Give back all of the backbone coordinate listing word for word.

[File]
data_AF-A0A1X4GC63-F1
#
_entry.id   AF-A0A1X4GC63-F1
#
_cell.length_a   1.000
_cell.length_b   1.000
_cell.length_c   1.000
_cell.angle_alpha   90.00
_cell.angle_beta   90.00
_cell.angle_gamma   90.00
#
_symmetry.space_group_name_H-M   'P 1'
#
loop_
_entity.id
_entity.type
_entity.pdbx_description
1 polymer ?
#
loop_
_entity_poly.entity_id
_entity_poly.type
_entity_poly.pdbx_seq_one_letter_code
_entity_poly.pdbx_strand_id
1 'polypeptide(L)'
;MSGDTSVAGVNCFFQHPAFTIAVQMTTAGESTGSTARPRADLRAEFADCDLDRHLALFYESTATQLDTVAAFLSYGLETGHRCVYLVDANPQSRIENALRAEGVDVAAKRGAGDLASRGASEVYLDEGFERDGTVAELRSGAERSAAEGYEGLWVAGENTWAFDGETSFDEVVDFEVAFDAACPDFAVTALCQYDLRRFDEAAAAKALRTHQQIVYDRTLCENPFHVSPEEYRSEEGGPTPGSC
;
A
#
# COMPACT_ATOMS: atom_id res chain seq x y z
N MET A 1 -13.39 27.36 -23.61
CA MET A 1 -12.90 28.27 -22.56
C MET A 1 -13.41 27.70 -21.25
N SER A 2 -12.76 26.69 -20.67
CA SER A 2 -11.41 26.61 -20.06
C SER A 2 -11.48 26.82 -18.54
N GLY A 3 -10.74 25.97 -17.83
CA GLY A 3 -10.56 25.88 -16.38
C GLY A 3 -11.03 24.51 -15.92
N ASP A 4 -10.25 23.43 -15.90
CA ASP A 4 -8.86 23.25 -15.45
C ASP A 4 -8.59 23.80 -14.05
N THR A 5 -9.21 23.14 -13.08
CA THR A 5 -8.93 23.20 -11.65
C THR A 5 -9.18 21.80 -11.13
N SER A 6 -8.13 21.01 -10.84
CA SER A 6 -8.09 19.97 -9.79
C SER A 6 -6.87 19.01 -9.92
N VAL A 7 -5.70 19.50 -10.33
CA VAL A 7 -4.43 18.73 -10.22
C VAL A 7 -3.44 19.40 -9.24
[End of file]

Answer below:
data_AF-A0A1X4GC63-F1
#
_entry.id   AF-A0A1X4GC63-F1
#
_cell.length_a   1.000
_cell.length_b   1.000
_cell.length_c   1.000
_cell.angle_alpha   90.00
_cell.angle_beta   90.00
_cell.angle_gamma   90.00
#
_symmetry.space_group_name_H-M   'P 1'
#
loop_
_entity.id
_entity.type
_entity.pdbx_description
1 polymer ?
#
loop_
_entity_poly.entity_id
_entity_poly.type
_entity_poly.pdbx_seq_one_letter_code
_entity_poly.pdbx_strand_id
1 'polypeptide(L)'
;MSGDTSVAGVNCFFQHPAFTIAVQMTTAGESTGSTARPRADLRAEFADCDLDRHLALFYESTATQLDTVAAFLSYGLETGHRCVYLVDANPQSRIENALRAEGVDVAAKRGAGDLASRGASEVYLDEGFERDGTVAELRSGAERSAAEGYEGLWVAGENTWAFDGETSFDEVVDFEVAFDAACPDFAVTALCQYDLRRFDEAAAAKALRTHQQIVYDRTLCENPFHVSPEEYRSEEGGPTPGSC
;
A
#
# COMPACT_ATOMS: atom_id res chain seq x y z
N MET A 1 -13.39 27.36 -23.61
CA MET A 1 -12.90 28.27 -22.56
C MET A 1 -13.41 27.70 -21.25
N SER A 2 -12.76 26.69 -20.67
CA SER A 2 -11.41 26.61 -20.06
C SER A 2 -11.48 26.82 -18.54
N GLY A 3 -10.74 25.97 -17.83
CA GLY A 3 -10.56 25.88 -16.38
C GLY A 3 -11.03 24.51 -15.92
N ASP A 4 -10.25 23.43 -15.90
CA ASP A 4 -8.86 23.25 -15.45
C ASP A 4 -8.59 23.80 -14.05
N THR A 5 -9.21 23.14 -13.08
CA THR A 5 -8.93 23.20 -11.65
C THR A 5 -9.18 21.80 -11.13
N SER A 6 -8.13 21.01 -10.84
CA SER A 6 -8.09 19.97 -9.79
C SER A 6 -6.87 19.01 -9.92
N VAL A 7 -5.70 19.50 -10.33
CA VAL A 7 -4.43 18.73 -10.22
C VAL A 7 -3.44 19.40 -9.24